South Africa’s Callous Commodification of Rhinos is at the Root of their Current Misery

by Aug 5, 2010Rhinos

It is a foregone conclusion that at the very least, 300 rhinos will be die horrible and painful deaths in South Africa in 2010.

South Africa is currently entrusted with the vast majority of the world’s population of rhinos, but at the same time it has become abundantly clear that not only are rhinos in South Africa facing one of their worst threats ever as a species, but they are literally under siege. More rhinos have been killed illegally in South Africa during 2008, 2009 and 2010 than at any other time in the last 90 years. South Africa is quite literally the last bastion for rhinos in the world but the colossal growth of rhino killings (both legal and illegal, and the concomitant insufficient anti‐poaching capacity and poor record keeping, means that rhinos are facing untold suffering, exploitation and death and has the potential to once again threaten the survival of the entire species.

Almost daily we read, see or hear about rhino killings. There is no doubt that ordinary South Africans are horror-struck and outraged at the suffering rhinos are enduring. Yet astonishingly, the perpetrators caught for these unspeakable acts of cruelty are never prosecuted under the Animal Protection Act but rather for the possession of illegal ‘wildlife products’.

“We should not be surprised that welfare and anti-cruelty legislation has never been invoked because treating rhinos as if they are merely a tradable commodity is the cornerstone of South Africa’s approach to ‘conservation’. There seems something deeply unethical and inappropriate about supposedly championing rhino conservation and protection but at the same time driving trophy hunting, trade in rhinos, the sale of rhino from national and provincial Parks to known ‘put and take’ hunting outfitters and the stockpiling of their horns by government and private individuals” said Animal Rights Africa (ARA) spokesperson Michele Pickover.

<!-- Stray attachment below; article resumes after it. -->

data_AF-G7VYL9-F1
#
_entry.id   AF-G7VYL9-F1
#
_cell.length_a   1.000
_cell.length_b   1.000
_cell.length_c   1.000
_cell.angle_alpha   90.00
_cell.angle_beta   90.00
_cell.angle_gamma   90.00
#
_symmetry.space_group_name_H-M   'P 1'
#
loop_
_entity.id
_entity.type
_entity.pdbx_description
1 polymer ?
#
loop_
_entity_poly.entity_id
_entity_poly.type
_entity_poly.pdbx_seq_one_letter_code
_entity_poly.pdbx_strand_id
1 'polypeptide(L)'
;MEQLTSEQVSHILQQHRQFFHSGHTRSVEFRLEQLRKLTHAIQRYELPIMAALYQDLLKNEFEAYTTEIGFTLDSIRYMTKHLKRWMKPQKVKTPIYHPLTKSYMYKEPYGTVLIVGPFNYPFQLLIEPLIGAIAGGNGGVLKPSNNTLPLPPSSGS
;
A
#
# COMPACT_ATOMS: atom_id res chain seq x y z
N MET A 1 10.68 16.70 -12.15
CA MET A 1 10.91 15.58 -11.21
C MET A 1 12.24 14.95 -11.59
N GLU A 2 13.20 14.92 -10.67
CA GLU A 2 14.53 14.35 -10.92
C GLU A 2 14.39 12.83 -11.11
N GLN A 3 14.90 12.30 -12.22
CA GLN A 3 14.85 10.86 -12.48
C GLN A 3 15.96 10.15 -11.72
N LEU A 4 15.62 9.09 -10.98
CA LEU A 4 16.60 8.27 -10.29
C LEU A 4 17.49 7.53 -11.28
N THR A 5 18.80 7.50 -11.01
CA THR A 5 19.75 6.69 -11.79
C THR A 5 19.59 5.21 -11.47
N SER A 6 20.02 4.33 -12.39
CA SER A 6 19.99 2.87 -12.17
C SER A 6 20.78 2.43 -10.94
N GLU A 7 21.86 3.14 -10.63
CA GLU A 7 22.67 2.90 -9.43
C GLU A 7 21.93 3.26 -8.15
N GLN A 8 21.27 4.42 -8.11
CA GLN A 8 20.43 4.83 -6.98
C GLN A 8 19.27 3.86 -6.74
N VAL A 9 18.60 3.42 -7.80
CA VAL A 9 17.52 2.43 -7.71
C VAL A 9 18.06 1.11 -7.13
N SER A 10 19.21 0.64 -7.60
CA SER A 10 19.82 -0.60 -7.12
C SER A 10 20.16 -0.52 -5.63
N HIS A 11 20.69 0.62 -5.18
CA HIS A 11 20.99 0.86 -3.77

Undoubtedly that there needs to be a global initiative to tackle the insatiable illegal market for rhino horn in the East but equally South Africa needs to recognize its culpability in bolstering the market through trophy hunting and rhino horn stockpiling. It’s morally and ecologically bankrupt and rampant ‘consumptive and sustainable use’ policies are trumping ethical conservation, biodiversity protection and concern for the welfare of wildlife. This is literally translating into a war against wildlife. Wild animal, who were victims and suffered under colonialism and apartheid, now continue to be victims under sustainable use policies, which are turning living beings into mere commodities.

“ARA is extremely concerned about our government’s uncritical support for the ethically and scientifically flawed process of ‘sustainable use’ which has no regard for who rhinos and no understanding of their social complexities, relationships or culture. It is just a euphemism for unsustainable killing, suffering and massive exploitation. ARA urges the South African public to speak out against these current policies” said Pickover.

South Africa remains the worlds’ top destination for the hunting of captive raised lions and is also the premier market for those wishing to shoot rhinos.The hunting permit system has been repeatedly used in recent years to launder horn into the illegal market. The government says it is trying to limit the number of rhinos hunted illegally. Yet despite the abuses within the industry, selling rhino hunts to foreigners remains a growing business.

It is therefore not surprising that it is within this context of overt ‘consumptive use’ that poaching of rhinos in South Africa has reached the highest levels in decades. In the short space of 19 months, poaching of rhinoceroses in South Africa has accelerated to a rate almost six times higher than that of the previous eight years and at the same time South Africa has become the conduit of most of the rhino horns leaving the African continent.

Exactly a year ago, through the release of a special report on rhinos entitled, Under Siege: Rhinoceroses in South Africa, ARA alerted people to the alarming situation in relation to rhinos. Since then the killings have not only continued but have risen. The recommendations of that report remain unchanged and need to be restated. There is an urgent need to:

– Open the government policy of ‘sustainable use’ and trophy hunting to public debate.

– Impose an immediate moratorium on all capture, sale, translocation and hunting of rhino in South Africa.

– Burn rhino horn stockpiles.

The Report is available on:

ARA Contact person:

Michele Pickover +27 (0) 82 253 2124

ARA email –